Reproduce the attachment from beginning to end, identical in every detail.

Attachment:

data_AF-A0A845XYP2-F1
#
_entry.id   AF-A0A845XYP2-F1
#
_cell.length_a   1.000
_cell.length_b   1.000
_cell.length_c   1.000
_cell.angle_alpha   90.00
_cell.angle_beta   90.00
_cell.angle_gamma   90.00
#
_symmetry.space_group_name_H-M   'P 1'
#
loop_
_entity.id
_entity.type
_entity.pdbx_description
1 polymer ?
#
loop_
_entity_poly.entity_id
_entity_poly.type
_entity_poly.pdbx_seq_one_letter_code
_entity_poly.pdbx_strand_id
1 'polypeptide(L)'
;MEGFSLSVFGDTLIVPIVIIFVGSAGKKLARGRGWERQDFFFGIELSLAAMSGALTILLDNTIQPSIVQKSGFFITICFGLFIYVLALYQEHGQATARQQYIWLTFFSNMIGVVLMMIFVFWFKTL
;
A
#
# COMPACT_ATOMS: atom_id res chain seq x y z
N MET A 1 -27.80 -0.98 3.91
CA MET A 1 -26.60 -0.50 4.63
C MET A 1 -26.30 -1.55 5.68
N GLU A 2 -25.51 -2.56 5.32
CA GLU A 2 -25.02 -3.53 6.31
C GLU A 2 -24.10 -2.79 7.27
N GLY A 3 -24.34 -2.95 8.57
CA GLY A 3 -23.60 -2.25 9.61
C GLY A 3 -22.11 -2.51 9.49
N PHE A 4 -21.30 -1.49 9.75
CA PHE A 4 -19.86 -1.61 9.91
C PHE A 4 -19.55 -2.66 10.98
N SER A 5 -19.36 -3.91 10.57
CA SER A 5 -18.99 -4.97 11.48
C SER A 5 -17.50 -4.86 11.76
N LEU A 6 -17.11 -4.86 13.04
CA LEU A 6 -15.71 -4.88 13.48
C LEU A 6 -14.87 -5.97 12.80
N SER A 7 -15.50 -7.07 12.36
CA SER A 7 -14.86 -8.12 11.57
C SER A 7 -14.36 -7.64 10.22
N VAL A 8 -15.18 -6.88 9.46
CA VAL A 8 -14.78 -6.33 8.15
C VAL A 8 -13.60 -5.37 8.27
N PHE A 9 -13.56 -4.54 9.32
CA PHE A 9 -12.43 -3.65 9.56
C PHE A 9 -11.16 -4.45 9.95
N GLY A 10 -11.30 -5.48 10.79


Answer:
data_AF-A0A845XYP2-F1
#
_entry.id   AF-A0A845XYP2-F1
#
_cell.length_a   1.000
_cell.length_b   1.000
_cell.length_c   1.000
_cell.angle_alpha   90.00
_cell.angle_beta   90.00
_cell.angle_gamma   90.00
#
_symmetry.space_group_name_H-M   'P 1'
#
loop_
_entity.id
_entity.type
_entity.pdbx_description
1 polymer ?
#
loop_
_entity_poly.entity_id
_entity_poly.type
_entity_poly.pdbx_seq_one_letter_code
_entity_poly.pdbx_strand_id
1 'polypeptide(L)'
;MEGFSLSVFGDTLIVPIVIIFVGSAGKKLARGRGWERQDFFFGIELSLAAMSGALTILLDNTIQPSIVQKSGFFITICFGLFIYVLALYQEHGQATARQQYIWLTFFSNMIGVVLMMIFVFWFKTL
;
A
#
# COMPACT_ATOMS: atom_id res chain seq x y z
N MET A 1 -27.80 -0.98 3.91
CA MET A 1 -26.60 -0.50 4.63
C MET A 1 -26.30 -1.55 5.68
N GLU A 2 -25.51 -2.56 5.32
CA GLU A 2 -25.02 -3.53 6.31
C GLU A 2 -24.10 -2.79 7.27
N GLY A 3 -24.34 -2.95 8.57
CA GLY A 3 -23.60 -2.25 9.61
C GLY A 3 -22.11 -2.51 9.49
N PHE A 4 -21.30 -1.49 9.75
CA PHE A 4 -19.86 -1.61 9.91
C PHE A 4 -19.55 -2.66 10.98
N SER A 5 -19.36 -3.91 10.57
CA SER A 5 -18.99 -4.97 11.48
C SER A 5 -17.50 -4.86 11.76
N LEU A 6 -17.11 -4.86 13.04
CA LEU A 6 -15.71 -4.88 13.48
C LEU A 6 -14.87 -5.97 12.80
N SER A 7 -15.50 -7.07 12.36
CA SER A 7 -14.86 -8.12 11.57
C SER A 7 -14.36 -7.64 10.22
N VAL A 8 -15.18 -6.88 9.46
CA VAL A 8 -14.78 -6.33 8.15
C VAL A 8 -13.60 -5.37 8.27
N PHE A 9 -13.56 -4.54 9.32
CA PHE A 9 -12.43 -3.65 9.56
C PHE A 9 -11.16 -4.45 9.95
N GLY A 10 -11.30 -5.48 10.79